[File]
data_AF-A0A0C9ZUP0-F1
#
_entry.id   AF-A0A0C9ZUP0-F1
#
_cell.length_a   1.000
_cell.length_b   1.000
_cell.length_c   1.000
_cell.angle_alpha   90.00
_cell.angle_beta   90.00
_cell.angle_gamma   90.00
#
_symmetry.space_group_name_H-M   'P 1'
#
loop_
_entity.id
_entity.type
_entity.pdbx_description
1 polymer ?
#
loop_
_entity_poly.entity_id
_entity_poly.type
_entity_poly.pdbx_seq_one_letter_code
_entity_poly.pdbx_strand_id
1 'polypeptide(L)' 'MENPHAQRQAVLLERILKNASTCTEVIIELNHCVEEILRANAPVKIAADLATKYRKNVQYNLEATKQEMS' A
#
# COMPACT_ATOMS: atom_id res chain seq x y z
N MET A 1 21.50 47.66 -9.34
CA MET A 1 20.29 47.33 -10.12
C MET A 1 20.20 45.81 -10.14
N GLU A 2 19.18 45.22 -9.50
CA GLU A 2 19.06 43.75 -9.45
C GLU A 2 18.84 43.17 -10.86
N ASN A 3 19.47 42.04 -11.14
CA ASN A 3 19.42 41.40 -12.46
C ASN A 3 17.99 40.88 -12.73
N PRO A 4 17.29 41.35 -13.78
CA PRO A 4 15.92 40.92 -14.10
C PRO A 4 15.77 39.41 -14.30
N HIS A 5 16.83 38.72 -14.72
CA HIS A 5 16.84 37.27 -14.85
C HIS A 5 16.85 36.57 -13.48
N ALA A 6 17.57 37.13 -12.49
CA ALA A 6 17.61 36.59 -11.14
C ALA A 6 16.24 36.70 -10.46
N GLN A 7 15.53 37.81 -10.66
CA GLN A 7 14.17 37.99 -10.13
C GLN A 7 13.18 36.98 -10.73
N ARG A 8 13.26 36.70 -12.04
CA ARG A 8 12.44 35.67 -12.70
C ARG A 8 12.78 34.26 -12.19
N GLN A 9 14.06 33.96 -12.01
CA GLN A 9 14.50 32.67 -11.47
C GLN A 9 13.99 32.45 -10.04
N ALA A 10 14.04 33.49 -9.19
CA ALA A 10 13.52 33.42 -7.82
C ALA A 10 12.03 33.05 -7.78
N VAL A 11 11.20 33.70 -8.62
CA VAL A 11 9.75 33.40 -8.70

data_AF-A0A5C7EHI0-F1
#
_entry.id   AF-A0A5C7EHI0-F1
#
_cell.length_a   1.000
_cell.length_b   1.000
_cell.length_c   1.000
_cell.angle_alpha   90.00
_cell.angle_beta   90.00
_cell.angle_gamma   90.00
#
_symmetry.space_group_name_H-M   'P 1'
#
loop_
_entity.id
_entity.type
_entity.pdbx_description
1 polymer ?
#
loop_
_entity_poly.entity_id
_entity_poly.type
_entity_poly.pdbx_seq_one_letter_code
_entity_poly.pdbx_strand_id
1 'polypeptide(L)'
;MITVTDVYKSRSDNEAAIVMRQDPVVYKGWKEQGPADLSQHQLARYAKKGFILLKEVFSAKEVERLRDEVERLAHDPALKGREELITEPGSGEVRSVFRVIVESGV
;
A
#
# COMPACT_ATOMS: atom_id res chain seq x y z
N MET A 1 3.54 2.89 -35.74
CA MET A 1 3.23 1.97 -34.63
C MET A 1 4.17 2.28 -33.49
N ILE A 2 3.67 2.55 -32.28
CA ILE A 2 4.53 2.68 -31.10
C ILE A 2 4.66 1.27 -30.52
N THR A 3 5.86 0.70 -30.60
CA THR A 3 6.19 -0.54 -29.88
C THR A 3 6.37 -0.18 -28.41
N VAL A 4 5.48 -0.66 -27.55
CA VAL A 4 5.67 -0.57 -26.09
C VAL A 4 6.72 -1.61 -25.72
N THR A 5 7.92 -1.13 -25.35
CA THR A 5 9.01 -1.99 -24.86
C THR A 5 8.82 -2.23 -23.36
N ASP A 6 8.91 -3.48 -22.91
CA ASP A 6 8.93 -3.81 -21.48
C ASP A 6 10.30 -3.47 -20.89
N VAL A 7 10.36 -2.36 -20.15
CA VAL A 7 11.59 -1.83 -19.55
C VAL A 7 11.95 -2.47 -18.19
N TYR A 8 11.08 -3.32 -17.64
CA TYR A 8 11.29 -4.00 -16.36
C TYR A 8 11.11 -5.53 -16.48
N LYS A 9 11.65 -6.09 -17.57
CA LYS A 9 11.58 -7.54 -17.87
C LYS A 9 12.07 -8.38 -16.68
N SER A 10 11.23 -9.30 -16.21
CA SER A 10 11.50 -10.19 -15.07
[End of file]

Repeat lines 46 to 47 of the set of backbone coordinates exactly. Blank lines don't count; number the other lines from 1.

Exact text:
N GLN A 7 15.53 37.81 -10.66
CA GLN A 7 14.17 37.99 -10.13